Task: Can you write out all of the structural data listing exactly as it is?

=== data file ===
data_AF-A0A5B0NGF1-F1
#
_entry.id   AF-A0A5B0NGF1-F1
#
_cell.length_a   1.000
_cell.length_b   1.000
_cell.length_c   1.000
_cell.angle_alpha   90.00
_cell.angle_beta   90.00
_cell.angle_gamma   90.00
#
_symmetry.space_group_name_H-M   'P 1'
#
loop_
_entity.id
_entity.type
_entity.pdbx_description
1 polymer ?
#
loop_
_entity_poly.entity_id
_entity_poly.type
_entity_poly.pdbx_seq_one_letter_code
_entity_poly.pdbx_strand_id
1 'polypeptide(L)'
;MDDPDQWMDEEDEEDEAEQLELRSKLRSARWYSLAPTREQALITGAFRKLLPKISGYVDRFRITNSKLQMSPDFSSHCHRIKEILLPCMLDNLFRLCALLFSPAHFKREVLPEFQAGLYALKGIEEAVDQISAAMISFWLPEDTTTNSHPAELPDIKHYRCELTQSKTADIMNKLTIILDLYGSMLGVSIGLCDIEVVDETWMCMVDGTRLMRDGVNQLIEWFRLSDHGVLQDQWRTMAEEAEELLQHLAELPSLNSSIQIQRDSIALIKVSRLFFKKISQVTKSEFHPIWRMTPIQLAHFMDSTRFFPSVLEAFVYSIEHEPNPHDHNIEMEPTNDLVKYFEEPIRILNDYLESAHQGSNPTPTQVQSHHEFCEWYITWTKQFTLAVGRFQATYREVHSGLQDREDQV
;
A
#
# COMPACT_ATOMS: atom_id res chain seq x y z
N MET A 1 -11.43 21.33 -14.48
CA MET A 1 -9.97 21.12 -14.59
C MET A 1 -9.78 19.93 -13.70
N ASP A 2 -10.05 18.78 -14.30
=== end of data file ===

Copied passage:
data_AF-A0A5B0NGF1-F1
#
_entry.id   AF-A0A5B0NGF1-F1
#
_cell.length_a   1.000
_cell.length_b   1.000
_cell.length_c   1.000
_cell.angle_alpha   90.00
_cell.angle_beta   90.00
_cell.angle_gamma   90.00
#
_symmetry.space_group_name_H-M   'P 1'
#
loop_
_entity.id
_entity.type
_entity.pdbx_description
1 polymer ?
#
loop_
_entity_poly.entity_id
_entity_poly.type
_entity_poly.pdbx_seq_one_letter_code
_entity_poly.pdbx_strand_id
1 'polypeptide(L)'
;MDDPDQWMDEEDEEDEAEQLELRSKLRSARWYSLAPTREQALITGAFRKLLPKISGYVDRFRITNSKLQMSPDFSSHCHRIKEILLPCMLDNLFRLCALLFSPAHFKREVLPEFQAGLYALKGIEEAVDQISAAMISFWLPEDTTTNSHPAELPDIKHYRCELTQSKTADIMNKLTIILDLYGSMLGVSIGLCDIEVVDETWMCMVDGTRLMRDGVNQLIEWFRLSDHGVLQDQWRTMAEEAEELLQHLAELPSLNSSIQIQRDSIALIKVSRLFFKKISQVTKSEFHPIWRMTPIQLAHFMDSTRFFPSVLEAFVYSIEHEPNPHDHNIEMEPTNDLVKYFEEPIRILNDYLESAHQGSNPTPTQVQSHHEFCEWYITWTKQFTLAVGRFQATYREVHSGLQDREDQV
;
A
#
# COMPACT_ATOMS: atom_id res chain seq x y z
N MET A 1 -11.43 21.33 -14.48
CA MET A 1 -9.97 21.12 -14.59
C MET A 1 -9.78 19.93 -13.70
N ASP A 2 -10.05 18.78 -14.30